We compared synaptic events initiated in the different types of pyramidal cells by activating afferent fibers. Extracellular stimuli triggered interictal-like discharges, which initiated firing in pacemaker cells (Fig. 4A;n = 14) and large inhibitory postsynaptic potentials (IPSPs) in inhibited cells (22). In pacemaker cells, blocking glutamatergic excitation with NBQX and APV (n = 10) did not reveal hyperpolarizing events. In four cells, the remaining synaptic potential reversed near resting potential. In the other six cells, the synaptic event was depolarizing and was blocked by GABAA antagonists (Fig. 4A). This depolarizing GABAergic signaling in pacemaker cells, similar to that of early development (23), presumably contributes to rhythm generation.

Figure 4

Pyramidal cells active during interictal-like events showed excitatory GABAergic transmission. (A) Discharges in pacemaker cells were triggered by orthodromic stimulation (right, upper trace). Depolarizing synaptic potentials persisted when glutamatergic transmission was suppressed (middle trace). They were suppressed by blocking GABAAreceptors (lower trace). BIC, bicuculline. (B andC) Reversal potential for GABAergic transmission in cells that fired during interictal events was more depolarized than at rest [(B) left, (C) squares]. Reversal in inhibited cells was hyperpolarized from rest [(B) right, (C) circles]. Records were obtained in NBQX and APV. Linear fits are indicated. PSP, postsynaptic potential.

GABAergic signaling is depolarizing (24) when the reversal potential for ions passing through GABA receptor channels is more positive than resting potential. Therefore, we compared, in pacemaker and inhibited cells, resting potential and the reversal potential of synaptic events remaining in the presence of glutamate receptor blockers (Fig. 4, B and C). In pacemaker cells that discharged synchronously with interictal bursts, synaptic events recorded in NBQX and APV reversed at −55 ± 12 mV (n = 9), more depolarized (P < 0.025; Student's t test) than their resting potential of −67 ± 10 mV (n = 9). Synaptic events in inhibited cells, reversed at −72 ± 7 mV (n = 25), while the resting potential, −62 ± 8 mV (n = 25), was less hyperpolarized (P < 0.001). These data show that IPSPs reverse at potentials positive to rest (24, 25) in a subset of subicular neurons.

This in vitro activity corresponds in several respects to interictal activity in mesial temporal lobe epilepsy. Epileptiform bursts were generated in the subiculum but not in other regions, which suggests that they did not result from general defects in slice condition. Interictal activity seems to be generated by a minority of subicular neurons including interneurons and a subset of pyramidal cells (Fig. 3, C and E). Both glutamatergic and GABAergic signaling are involved (Fig. 3, A and B), in line with previous suggestions from work on epileptic human tissue (8). Reciprocal interactions between the three cell types may underlie the generation of this activity. The difference between discharging and inhibited pyramidal cells apparently results from different reversal potentials for GABAergic events. GABA-mediated synaptic events may also depolarize interneurons, although we did not test this explicitly.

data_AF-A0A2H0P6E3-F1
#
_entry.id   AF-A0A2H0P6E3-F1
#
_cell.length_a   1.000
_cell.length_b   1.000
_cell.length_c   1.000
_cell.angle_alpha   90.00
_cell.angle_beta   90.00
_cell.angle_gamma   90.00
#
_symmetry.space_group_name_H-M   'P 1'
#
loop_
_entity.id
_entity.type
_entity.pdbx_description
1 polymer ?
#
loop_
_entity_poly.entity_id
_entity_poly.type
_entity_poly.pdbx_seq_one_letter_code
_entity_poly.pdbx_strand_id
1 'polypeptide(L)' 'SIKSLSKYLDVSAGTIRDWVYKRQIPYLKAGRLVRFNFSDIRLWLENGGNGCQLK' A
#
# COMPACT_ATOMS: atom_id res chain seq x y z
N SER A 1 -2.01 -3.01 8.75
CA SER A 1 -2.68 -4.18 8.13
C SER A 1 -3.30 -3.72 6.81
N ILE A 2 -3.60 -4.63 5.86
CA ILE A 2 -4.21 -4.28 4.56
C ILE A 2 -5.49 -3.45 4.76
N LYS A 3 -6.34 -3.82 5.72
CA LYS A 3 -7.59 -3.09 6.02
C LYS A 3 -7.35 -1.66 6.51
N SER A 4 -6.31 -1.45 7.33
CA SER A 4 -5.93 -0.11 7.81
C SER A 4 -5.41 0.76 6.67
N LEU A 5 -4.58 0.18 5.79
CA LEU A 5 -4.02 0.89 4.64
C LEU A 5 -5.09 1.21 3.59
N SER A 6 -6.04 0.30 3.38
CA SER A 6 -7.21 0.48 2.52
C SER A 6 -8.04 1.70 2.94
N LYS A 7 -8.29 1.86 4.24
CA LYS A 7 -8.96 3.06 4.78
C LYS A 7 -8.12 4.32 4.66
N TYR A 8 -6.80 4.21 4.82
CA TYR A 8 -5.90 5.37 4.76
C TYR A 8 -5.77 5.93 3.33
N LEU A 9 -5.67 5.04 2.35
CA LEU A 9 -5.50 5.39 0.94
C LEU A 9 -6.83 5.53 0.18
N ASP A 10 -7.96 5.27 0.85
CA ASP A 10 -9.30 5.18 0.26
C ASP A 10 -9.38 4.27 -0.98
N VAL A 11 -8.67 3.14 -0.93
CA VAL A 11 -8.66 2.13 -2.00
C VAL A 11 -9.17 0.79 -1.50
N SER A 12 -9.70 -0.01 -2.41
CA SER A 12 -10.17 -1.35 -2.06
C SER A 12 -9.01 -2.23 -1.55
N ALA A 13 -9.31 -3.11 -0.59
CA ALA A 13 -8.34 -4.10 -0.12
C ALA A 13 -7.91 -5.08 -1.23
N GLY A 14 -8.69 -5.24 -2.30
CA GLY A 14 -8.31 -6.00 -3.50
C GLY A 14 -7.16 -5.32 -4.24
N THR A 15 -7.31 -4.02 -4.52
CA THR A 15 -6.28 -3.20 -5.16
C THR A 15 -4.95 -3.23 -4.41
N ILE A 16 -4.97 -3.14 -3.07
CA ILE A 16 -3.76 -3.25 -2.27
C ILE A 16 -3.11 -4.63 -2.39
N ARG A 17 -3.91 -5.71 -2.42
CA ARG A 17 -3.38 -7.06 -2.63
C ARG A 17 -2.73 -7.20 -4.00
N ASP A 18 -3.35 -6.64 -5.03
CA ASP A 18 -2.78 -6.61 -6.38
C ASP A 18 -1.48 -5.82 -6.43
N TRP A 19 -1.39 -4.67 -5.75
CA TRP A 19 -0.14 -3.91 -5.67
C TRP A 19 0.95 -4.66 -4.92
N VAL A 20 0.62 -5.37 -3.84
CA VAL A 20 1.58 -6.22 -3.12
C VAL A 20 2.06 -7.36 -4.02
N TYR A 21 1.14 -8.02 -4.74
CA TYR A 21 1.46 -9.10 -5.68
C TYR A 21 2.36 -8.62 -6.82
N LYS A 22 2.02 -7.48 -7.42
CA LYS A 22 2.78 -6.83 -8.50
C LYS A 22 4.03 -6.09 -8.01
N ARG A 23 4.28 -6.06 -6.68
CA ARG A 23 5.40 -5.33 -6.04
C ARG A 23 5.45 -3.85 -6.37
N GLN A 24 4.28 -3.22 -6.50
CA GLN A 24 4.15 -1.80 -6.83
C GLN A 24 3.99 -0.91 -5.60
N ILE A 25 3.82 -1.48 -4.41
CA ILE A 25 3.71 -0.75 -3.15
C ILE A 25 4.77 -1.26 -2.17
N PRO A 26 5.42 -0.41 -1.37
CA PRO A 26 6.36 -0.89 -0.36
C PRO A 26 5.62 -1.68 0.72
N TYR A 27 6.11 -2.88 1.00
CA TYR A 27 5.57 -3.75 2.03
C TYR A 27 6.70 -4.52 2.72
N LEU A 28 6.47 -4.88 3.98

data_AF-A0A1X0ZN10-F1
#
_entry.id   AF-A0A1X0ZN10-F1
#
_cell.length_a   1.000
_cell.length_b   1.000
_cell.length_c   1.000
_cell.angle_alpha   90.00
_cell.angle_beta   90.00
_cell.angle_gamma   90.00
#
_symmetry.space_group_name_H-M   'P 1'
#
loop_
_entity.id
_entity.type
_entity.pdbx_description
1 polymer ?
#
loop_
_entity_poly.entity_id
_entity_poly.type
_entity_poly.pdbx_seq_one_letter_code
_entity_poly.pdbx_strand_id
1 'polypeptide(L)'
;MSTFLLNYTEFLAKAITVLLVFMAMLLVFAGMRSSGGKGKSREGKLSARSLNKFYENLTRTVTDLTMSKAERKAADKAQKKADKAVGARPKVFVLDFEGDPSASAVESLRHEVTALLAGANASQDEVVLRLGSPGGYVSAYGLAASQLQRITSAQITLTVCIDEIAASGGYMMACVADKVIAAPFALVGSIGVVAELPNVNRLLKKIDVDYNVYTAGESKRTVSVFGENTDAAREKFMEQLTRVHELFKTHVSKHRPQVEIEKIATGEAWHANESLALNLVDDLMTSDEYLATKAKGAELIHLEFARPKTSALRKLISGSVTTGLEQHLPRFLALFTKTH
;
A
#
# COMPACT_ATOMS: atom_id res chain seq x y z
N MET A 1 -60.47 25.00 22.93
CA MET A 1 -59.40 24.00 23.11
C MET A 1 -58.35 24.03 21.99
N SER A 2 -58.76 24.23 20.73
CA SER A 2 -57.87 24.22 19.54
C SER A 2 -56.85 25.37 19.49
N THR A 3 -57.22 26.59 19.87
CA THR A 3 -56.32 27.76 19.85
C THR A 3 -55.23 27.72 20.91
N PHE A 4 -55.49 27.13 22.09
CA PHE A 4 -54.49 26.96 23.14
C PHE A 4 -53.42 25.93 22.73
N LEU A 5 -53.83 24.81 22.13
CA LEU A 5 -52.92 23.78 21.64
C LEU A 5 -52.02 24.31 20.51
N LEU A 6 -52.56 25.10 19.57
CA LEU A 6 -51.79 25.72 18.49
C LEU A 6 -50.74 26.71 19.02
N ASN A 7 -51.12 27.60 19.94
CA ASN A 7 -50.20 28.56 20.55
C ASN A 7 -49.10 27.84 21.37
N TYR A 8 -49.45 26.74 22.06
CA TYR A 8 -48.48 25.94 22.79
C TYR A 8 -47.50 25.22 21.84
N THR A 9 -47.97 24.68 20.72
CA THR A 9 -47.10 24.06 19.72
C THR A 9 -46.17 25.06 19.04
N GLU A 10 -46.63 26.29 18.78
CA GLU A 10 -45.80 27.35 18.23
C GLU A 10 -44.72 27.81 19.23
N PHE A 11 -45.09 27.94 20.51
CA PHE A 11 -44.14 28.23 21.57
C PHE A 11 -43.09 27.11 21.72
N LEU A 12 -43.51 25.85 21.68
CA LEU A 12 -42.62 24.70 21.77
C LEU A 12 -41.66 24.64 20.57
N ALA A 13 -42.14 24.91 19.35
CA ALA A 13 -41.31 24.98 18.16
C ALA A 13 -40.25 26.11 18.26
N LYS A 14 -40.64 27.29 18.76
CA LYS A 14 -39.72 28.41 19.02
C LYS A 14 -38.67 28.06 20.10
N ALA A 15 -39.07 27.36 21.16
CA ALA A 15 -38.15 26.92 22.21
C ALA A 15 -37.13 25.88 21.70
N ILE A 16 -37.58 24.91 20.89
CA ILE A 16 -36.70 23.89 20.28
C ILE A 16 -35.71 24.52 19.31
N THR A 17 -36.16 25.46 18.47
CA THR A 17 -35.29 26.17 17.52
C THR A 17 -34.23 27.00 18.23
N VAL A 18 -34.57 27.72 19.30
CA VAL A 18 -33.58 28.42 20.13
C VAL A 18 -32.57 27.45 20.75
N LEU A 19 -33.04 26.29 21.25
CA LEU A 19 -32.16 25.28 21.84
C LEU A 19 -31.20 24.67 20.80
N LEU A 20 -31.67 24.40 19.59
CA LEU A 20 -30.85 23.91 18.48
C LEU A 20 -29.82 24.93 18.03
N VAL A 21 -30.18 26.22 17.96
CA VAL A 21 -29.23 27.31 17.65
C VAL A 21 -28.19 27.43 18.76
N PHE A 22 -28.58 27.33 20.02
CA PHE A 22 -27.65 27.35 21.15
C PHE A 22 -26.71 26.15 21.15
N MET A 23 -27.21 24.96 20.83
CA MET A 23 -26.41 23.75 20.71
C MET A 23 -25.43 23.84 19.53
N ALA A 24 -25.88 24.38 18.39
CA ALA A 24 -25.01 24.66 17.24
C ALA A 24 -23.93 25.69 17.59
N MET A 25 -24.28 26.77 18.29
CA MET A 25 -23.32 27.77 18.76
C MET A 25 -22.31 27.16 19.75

One feature of the sclerotic hippocampus is the formation of aberrant connections between dentate granule cells (26,27). Our data suggest that plastic changes also occur in the subiculum. Thus, loss of both postsynaptic (dentate gyrus to CA3) and presynaptic (CA1 to subiculum) cells initiates an epileptogenic plasticity. In the subiculum, the reactive plasticity includes changes in GABAergic signaling. A hyperexcitability in the subiculum would, unlike in the dentate region, permit propagation to other cortical structures. Our observation of depolarizing synaptic GABA responses in some subicular pyramidal cells recalls the GABAergic excitation of early development, which results from delayed expression of the KCC2 transporter (23, 24). Deafferentation may initiate a regressive switch in GABAergic response polarity from hyperpolarizing to depolarizing (25), perhaps in the most severely denervated cells. Understanding changes in the subiculum (4, 25) induced by the loss of excitatory inputs from CA1 cells may eventually provide therapeutic avenues for preventing seizure development after hippocampal insults.

  • * To whom correspondence should be addressed. E-mail: rmiles{at}biomedicale.univ-paris5.fr.